Really, what I am saying here is that as a team leader you aren’t alone and there are people out here that understand your frustration (pain).  Working together we can help each other by sharing ideas and information.  Ultimately, everything boils down to communicate, collaborate, cooperate!


Happy Sunday


They tried to get me to do some teamwork and I said NO NO NO..

Why you should think about taking down your power poster.

1) Teamwork will only work if the people are on board.

  • If you don’t recognize yourself as a team member or you aren’t a team player it is difficult to be on a team.
  • If you think that everyone on your team is stupid, you probably won’t work well with them.
  • If you don’t want to participate because you don’t like teams, it probably won’t work out.

2) Teamwork isn’t just an image on a poster.

  • A man walks in a room and on the wall is a poster of a bunch of dudes rowing a boat in the same direction.  What the poster didn’t say was that all these guys like boat rowing, they are all fit, and they are all looking to win a physical trophy and a date.  In other words, they have a lot in common!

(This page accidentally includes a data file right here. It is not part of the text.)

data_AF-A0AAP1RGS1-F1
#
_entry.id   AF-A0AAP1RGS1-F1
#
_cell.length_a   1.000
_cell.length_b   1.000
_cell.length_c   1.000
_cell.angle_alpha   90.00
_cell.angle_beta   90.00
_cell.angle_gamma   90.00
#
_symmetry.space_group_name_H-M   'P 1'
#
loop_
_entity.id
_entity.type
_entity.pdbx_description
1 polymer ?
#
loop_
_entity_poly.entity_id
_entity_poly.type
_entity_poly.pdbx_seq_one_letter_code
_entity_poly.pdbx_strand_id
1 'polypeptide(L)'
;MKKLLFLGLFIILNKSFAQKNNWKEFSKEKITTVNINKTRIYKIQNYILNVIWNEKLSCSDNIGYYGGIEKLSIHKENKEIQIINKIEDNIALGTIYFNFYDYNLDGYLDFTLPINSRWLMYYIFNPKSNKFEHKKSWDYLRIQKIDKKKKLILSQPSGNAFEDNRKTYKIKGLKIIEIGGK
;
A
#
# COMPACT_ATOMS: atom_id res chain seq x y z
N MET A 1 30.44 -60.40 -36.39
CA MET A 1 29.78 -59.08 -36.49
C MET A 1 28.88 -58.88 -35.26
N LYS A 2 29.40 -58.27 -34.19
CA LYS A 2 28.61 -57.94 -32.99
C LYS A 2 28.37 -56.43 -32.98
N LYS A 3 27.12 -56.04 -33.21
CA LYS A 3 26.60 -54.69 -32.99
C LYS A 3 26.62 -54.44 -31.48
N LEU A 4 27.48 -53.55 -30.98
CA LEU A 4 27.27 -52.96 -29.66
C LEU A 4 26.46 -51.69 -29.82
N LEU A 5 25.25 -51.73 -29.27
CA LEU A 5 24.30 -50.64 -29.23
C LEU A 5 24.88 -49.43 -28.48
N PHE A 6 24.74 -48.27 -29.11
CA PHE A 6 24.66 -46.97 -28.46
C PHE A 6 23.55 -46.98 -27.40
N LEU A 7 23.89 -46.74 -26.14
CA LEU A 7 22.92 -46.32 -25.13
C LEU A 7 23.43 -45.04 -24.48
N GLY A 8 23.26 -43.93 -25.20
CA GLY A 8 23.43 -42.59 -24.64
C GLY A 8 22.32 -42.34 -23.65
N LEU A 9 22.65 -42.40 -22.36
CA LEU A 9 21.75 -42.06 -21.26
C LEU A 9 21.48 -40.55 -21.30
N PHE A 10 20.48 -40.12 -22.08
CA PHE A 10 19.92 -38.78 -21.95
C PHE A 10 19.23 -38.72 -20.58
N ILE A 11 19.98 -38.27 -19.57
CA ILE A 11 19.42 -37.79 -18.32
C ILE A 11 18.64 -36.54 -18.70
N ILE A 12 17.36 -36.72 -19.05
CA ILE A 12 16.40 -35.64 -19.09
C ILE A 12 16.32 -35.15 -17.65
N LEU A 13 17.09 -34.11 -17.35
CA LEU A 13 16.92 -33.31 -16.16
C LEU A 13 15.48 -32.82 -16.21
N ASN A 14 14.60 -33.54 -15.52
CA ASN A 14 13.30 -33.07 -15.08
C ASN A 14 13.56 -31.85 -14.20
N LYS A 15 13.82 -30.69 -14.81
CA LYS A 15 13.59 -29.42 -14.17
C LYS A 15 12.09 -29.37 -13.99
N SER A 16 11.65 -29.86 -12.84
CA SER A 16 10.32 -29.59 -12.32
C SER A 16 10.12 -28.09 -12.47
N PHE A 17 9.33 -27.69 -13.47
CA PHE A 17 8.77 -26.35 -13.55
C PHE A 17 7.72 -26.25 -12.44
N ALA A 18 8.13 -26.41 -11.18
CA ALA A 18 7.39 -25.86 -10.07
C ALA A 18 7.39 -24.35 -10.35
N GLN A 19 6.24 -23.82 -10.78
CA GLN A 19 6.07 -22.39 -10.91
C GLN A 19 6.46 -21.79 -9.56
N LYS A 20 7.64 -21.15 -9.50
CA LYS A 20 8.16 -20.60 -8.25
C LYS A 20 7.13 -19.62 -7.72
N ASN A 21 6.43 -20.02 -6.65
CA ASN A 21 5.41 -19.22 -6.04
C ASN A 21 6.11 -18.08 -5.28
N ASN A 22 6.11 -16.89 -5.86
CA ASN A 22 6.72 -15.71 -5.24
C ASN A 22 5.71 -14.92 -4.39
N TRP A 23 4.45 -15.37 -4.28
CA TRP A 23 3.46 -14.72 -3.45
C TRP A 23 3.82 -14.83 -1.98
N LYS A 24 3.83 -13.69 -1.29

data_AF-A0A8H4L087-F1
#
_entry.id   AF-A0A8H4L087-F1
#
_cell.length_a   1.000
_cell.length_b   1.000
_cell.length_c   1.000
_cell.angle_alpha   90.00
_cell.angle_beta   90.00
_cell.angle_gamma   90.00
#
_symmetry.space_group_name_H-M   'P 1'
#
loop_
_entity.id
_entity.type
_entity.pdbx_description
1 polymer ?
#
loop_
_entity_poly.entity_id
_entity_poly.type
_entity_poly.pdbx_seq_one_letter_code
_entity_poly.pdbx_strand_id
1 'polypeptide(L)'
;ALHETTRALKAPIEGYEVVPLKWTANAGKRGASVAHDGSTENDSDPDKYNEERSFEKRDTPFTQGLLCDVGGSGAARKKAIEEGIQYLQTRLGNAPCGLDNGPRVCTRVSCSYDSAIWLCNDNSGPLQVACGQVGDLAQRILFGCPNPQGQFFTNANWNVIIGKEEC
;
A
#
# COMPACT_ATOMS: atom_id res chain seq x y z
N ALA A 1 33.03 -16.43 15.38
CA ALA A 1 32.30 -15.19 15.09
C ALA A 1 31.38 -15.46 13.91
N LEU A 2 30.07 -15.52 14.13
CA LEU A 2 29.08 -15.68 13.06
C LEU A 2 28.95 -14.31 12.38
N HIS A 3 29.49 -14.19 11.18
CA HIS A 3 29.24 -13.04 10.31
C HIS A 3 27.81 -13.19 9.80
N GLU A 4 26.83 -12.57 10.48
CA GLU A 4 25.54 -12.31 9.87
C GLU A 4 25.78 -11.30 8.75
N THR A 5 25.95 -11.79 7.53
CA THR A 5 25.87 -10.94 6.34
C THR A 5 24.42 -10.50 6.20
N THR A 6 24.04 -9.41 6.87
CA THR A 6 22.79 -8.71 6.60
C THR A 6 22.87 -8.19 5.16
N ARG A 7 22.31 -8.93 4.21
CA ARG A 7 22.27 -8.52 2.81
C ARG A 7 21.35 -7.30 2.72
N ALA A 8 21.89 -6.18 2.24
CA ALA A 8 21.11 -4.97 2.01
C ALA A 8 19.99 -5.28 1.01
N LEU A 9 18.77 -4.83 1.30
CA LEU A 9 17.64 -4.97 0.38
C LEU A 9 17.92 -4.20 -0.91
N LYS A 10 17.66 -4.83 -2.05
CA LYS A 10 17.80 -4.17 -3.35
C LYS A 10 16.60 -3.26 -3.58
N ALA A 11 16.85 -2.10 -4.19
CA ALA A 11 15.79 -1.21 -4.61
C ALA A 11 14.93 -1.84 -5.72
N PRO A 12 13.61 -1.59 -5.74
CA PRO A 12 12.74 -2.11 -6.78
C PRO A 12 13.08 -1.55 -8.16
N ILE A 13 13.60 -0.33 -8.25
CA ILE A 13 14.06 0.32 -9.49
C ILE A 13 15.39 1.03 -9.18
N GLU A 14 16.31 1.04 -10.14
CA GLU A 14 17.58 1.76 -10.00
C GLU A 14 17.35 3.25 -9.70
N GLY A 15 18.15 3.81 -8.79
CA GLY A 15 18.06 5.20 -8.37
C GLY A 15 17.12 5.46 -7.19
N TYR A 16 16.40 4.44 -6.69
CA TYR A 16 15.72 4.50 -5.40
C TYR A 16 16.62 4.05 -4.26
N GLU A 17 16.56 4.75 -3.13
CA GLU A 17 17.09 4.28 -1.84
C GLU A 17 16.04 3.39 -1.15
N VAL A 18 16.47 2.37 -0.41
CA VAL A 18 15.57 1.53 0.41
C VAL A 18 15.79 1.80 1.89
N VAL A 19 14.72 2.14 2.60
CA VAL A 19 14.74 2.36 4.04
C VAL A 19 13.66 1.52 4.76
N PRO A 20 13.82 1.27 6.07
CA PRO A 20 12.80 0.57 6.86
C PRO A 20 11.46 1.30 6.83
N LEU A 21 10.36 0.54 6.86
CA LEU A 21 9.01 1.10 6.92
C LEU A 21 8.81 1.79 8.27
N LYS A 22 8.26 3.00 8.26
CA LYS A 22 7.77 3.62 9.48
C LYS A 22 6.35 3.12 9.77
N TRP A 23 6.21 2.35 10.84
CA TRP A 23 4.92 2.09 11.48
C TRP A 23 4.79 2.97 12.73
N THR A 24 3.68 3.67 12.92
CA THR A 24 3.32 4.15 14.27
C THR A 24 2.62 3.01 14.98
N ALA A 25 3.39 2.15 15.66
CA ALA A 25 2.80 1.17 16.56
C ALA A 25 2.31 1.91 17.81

3) You don’t like sports.

  • You ever notice that people who don’t like sports are kind of averse to team work.

4) You don’t have a coach.

  • Teams need a coach and a captain if you don’t have either, it probably won’t work.

5) When leaders talk about teamwork but they are really lying and you know it.

Often times we think that teamwork is critical to the success of an organization.   I have thought it, and I have been guilty of feeling that teamwork in a lot of instances was stupid as well.   You ever sit in the back of the room and watch everyone?  Sometimes it is like watching a television show. Every actor is playing their role.  At the same time watching them never made me feel smarter than anyone.  It wasn’t about being smart; it was and is for me about getting the work done.

Most people want to find ways to either work less or work themselves into a different job.  If you are looking for the next team to work on, how can you have any allegiance to the team you are supposedly on?